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Junie Moon's face has been disfigured by ill-gotten burns, and depends on her friends and her wit to cope. She, Warren, and Arthur leave the hospital - they yearn for independence - and find a house to live in. Together they stumble into adventures involving the local fish vendor, nosy neighbors, surreptitious vacations, love, and frustration in finding jobs as they face subtle prejudices in their community, and their own particular medical problems. Written by
Ed Sutton <firstname.lastname@example.org>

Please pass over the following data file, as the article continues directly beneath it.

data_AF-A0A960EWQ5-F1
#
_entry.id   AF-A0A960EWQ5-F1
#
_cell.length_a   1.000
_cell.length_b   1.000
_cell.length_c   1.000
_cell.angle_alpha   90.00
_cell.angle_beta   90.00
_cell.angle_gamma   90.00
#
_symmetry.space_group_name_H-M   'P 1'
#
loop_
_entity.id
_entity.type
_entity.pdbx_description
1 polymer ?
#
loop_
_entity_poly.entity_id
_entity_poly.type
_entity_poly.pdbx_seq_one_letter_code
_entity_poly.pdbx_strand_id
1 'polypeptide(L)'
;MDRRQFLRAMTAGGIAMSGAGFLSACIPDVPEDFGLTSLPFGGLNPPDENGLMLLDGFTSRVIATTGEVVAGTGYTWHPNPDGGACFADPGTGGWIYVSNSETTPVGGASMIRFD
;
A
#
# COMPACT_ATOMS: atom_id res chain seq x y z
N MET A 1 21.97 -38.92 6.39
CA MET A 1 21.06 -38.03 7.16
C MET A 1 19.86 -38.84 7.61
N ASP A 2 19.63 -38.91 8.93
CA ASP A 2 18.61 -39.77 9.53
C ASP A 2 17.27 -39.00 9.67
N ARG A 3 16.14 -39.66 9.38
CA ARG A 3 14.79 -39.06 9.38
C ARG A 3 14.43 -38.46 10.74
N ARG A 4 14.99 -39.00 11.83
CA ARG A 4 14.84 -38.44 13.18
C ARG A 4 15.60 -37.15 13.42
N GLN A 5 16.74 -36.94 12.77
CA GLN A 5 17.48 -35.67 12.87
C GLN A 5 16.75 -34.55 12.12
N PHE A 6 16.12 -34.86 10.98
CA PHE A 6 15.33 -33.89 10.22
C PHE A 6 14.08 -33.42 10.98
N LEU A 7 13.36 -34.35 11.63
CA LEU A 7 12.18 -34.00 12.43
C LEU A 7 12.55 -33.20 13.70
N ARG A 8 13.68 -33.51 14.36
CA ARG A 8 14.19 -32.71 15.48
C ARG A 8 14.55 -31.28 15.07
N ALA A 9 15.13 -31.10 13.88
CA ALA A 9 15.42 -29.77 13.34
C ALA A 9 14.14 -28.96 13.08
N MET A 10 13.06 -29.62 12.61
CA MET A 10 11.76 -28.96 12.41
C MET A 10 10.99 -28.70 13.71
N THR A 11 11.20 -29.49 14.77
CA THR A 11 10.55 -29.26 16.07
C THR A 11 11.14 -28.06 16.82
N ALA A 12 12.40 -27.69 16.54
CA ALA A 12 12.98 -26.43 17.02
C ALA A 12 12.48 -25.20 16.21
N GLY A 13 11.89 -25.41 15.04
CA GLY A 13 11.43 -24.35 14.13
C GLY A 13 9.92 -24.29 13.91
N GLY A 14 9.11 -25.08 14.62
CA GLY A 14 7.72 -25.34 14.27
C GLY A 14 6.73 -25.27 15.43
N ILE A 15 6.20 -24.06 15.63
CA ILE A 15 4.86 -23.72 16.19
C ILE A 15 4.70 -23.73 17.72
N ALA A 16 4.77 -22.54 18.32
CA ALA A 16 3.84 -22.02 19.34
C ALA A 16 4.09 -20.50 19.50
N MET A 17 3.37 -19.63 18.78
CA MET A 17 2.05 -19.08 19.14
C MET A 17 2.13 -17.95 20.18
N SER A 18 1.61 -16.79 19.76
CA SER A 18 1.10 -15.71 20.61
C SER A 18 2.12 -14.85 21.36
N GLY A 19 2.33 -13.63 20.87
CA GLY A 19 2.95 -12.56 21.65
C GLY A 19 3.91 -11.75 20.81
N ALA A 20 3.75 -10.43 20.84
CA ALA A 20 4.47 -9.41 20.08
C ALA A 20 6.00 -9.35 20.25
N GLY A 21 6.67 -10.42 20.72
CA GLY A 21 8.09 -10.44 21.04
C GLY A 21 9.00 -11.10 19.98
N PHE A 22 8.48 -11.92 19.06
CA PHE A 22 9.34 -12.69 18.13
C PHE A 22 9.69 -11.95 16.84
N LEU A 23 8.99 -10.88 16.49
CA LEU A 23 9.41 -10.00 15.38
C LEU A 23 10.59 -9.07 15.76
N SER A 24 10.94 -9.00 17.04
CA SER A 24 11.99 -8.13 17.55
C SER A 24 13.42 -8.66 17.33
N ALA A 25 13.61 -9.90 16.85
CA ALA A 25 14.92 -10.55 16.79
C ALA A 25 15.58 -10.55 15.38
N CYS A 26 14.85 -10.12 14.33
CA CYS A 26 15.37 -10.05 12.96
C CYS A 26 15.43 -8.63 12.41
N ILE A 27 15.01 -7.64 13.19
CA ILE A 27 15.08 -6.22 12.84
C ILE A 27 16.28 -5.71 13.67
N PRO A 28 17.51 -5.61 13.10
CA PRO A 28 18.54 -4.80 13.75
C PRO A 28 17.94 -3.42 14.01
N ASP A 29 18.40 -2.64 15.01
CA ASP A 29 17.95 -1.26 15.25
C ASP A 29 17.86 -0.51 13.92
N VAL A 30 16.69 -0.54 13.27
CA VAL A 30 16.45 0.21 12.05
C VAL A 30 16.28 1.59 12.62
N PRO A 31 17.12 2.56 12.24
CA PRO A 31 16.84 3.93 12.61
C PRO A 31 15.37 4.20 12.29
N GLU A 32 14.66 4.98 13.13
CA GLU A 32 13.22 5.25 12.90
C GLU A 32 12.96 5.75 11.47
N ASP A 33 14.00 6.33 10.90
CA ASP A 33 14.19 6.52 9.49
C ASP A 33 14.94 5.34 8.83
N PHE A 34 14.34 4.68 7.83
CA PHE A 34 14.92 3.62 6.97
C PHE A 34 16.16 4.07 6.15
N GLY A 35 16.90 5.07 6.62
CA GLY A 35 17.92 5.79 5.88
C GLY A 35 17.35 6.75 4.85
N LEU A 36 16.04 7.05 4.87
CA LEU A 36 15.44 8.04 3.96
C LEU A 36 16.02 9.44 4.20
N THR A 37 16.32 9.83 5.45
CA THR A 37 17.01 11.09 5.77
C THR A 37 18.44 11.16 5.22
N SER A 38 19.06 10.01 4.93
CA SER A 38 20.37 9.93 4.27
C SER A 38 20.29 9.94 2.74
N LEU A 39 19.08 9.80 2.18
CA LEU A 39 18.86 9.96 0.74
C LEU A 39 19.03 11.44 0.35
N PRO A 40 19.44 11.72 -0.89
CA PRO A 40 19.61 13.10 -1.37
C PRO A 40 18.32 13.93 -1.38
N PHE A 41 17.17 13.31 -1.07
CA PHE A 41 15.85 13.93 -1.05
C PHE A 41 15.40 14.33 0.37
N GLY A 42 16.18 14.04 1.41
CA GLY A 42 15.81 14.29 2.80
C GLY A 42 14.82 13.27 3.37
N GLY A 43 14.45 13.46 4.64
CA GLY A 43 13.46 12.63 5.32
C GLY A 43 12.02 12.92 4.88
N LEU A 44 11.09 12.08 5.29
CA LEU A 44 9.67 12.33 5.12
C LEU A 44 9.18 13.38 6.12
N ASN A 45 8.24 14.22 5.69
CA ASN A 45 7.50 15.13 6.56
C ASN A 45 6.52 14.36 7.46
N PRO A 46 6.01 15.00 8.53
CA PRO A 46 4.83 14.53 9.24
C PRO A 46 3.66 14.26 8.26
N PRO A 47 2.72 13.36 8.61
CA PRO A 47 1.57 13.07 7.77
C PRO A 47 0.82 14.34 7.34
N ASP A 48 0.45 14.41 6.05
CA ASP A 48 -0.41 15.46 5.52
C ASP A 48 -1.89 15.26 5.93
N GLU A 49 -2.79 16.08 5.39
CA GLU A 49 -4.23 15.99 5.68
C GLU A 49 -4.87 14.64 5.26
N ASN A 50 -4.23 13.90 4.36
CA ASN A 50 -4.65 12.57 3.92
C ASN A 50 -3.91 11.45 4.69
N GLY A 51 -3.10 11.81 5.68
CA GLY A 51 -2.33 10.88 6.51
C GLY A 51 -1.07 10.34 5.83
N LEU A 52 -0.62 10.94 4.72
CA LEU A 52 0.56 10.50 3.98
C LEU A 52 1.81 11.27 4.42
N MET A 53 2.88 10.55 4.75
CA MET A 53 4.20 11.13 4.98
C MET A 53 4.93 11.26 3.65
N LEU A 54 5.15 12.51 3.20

This flick, based on Marjorie Kelloggs' obscure novel, is a dated yet poignant character study of three misfits who rent a house and live together: a young woman whose face has been disfigured by a psychotic date, a crippled homosexual, and a boy-next-door looking epileptic. Coming at the end of the 60s, this flick is full of various stylistic flourishes that were considered avant-garde then but look anacronistic and pretentious(as well as strange)now. Otto Preminger had a solid reputation, but this film shows that his skills were on decline. The film jumps back and forth from the present lives of the three, first in the hospital where they all are being treated and then in their run-down communal house, to bizarre flashbacks to their pasts(the flashback of the paraplegic when he remembers his upbringing by a gay fashion photographer is near camp). The epileptic's memories of being placed in an institution by his parents are truly weird: he is the age he is in the movie, and everyone else is in BLACK AND WHITE! A good ten years before MTV, these technical shenanigans just looked weird(and still do now). These weird flashbacks and other freaky devices distract from what should be a simple story about three people with limited emotional resources relying on each other and trying to survive with dignity in an uncaring world. Which is not to say that that doesn't come through in part, but it would have been more effective without the arty flashbacks. Liza Minnelli's stint as a dramatic actress was probably squashed by this film--after JUNIE MOON, what else is there? Supposedly, this one isn't available on video. This one might have a shot at being some kind of cult film, at least among Liza Fans, or connoisseurs of sixties cinema, or something.
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